The night shift: Late-night talk shows fared well in 2018

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Kenneth Andeel / TV Media
Busy Philipps hosts "Busy Tonight"

Busy Philipps hosts "Busy Tonight"

With 2019 looming on the horizon, it's time for retrospectives about 2018's year in television to start pouring in. One corner of the TV world that is always worth a look is the realm of late-night talk, that distinctly North American format that shot to popularity -- and eventual universality -- during the second half of the 20th century. Beginning with shows like NBC's "The Tonight Show" (launched in 1954), the late-night formula spread from network to network, evolving across many iterations and becoming a necessary staple for every major programming provider.

Cable networks stepped up their late-night game in 2018. During the summer, Samantha Bee ("Full Frontal with Samantha Bee") made headlines battling with the Trump administration over its controversial immigration policies, and the new show saw a modest rise in ratings for her trouble. In October, E! launched "Busy Tonight," a new take on the traditional talk show hosted by actress and social media sensation Busy Philipps ("Dawson's Creek"). Early reception to her show has been mixed, but Philipps came out of the gate with the blessing of other hosts, cutting a promo for "Busy Tonight" that featured late-night staples such as Stephen Colbert, Conan O'Brien, Seth Meyers, Andy Cohen and others.

Speaking of late-night staples, O'Brien is changing the formula of his show in an effort to accommodate young viewers who are routinely cutting cords and looking for more streamlined content. Earlier this year, O'Brien announced that his TBS show "Conan" will be condensed down to a half-hour format and will spurn some of the formal trappings associated with late-night TV.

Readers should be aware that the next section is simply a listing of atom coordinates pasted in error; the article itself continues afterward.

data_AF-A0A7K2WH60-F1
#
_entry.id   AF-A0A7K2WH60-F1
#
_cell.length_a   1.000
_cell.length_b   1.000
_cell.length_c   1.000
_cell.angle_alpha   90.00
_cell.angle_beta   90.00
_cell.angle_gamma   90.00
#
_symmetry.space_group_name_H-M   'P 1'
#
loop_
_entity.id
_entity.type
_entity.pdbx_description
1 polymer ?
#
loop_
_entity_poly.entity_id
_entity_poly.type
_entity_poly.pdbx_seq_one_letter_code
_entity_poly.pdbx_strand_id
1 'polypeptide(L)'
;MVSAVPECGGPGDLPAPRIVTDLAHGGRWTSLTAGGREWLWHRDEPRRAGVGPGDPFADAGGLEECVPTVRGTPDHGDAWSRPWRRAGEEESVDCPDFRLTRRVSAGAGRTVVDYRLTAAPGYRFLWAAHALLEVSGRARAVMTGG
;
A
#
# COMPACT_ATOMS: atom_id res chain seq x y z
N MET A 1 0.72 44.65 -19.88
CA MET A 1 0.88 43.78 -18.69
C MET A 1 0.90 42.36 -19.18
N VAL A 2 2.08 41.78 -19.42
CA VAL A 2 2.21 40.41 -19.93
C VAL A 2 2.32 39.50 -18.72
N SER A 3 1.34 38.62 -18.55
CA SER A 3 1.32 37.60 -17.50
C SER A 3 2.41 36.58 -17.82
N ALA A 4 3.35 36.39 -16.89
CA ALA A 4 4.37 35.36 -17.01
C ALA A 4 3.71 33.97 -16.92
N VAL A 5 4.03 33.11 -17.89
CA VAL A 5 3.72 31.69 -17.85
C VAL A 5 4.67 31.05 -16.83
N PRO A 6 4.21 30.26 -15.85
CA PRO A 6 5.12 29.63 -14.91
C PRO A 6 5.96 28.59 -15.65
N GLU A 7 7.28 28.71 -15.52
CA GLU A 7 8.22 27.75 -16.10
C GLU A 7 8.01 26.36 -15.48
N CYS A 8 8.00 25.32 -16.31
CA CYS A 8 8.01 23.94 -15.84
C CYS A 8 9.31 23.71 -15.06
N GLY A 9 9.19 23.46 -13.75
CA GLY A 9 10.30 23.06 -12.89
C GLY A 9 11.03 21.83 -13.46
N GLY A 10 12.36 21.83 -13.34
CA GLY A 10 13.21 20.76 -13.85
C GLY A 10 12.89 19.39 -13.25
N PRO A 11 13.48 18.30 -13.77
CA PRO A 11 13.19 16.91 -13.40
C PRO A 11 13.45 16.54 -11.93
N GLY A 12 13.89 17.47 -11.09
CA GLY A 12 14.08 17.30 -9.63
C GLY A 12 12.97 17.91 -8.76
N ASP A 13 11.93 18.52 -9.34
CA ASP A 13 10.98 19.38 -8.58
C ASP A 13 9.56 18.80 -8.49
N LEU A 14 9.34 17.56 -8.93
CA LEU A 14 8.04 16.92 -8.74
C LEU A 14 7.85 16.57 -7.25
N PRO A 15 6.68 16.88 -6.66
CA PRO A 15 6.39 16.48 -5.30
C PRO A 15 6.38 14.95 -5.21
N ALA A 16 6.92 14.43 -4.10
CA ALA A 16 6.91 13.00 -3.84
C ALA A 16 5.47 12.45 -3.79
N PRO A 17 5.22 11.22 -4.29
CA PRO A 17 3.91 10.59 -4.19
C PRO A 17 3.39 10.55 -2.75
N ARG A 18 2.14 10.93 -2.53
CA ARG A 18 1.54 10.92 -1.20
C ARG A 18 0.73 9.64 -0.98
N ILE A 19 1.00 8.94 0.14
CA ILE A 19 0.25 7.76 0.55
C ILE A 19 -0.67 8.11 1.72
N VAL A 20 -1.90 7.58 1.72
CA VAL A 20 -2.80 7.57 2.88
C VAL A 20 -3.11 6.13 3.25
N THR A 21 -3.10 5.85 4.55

O'Brien's goal is to trim the fat endemic to the late-night tradition in order to offer lean, incisive episodes instead of longer ones padded with filler. His plan involves downsizing to one guest per night and editing the show's best material into a half-hour daily episode, while offering additional daily material online for people interested in seeking it out. "Conan" has generally boasted the youngest average audience of the major late-night shows, so it makes absolute sense for him to make changes that will keep those young, media-savvy audiences connected to his show.

When the subject of late-night talk shows is raised, though, what most people think of is the old standard, pioneered by the likes of Steve Allen and Johnny Carson (both of "The Tonight Show"). The formula is familiar: monologue, guests, maybe a live performance. Many of the major networks' late-night talk shows have this blueprint in common, which makes them easy to compare and makes minor differences between hosting styles and subtle fluctuations in ratings a lot more meaningful.

If there was a 2018 winner in the late-night wars, it was probably Colbert of CBS's "The Late Show with Stephen Colbert." Colbert took over for David Letterman when he retired in 2015, and he began his nightly ratings battle with Jimmy Fallon, who replaced Jay Leno as host of "The Tonight Show" in 2014. In the immediate aftermath of the host switches of 2014-15, Fallon managed to hang onto Leno's ratings lead, but in recent years, Colbert's distinct hosting and interviewing style has eroded that lead.

Conan O'Brien as seen in "Conan"

Conan O'Brien as seen in "Conan"

Colbert started to pull ahead in 2017, when his overall viewership numbers began to regularly outdo Fallon's on a nightly basis. At that point, Fallon still retained one notch in his belt that was arguably superior to total viewership. While "The Tonight Show" had fewer overall viewers, it retained a solid lead in the most coveted demographic: viewers aged 18 to 49. Colbert had greater overall numbers, but Fallon's slightly smaller audience consisted of a more desirable group.

In 2018, though, buoyed by coverage of the U.S. midterm elections, Colbert finally managed to overtake Fallon within that coveted demo. Of course, the victory wasn't complete or permanent -- after the excitement of election week, Fallon's show retook the lead it had previously clung to -- but now "The Late Show" has proven it can get over the hump and will be looking to do so on a regular basis.

It's worth noting that overall viewership numbers for both "The Late Show" and "The Tonight Show" are down compared to previous years, a symptom of the ongoing migration of viewers from traditional television to on-demand viewing and streaming through non-network sources.

The late-night television landscape is wider than it has ever been before, and a multitude of choices are available for viewers chasing different types of content. While political humor and social commentary has been dominating the current scene, it's possible for people to find almost any combination of host and show to vibe with their taste. The next year of late-night TV will continue to respond to the expanding desires of audiences and the continued pressure that digital media is exerting on traditional TV.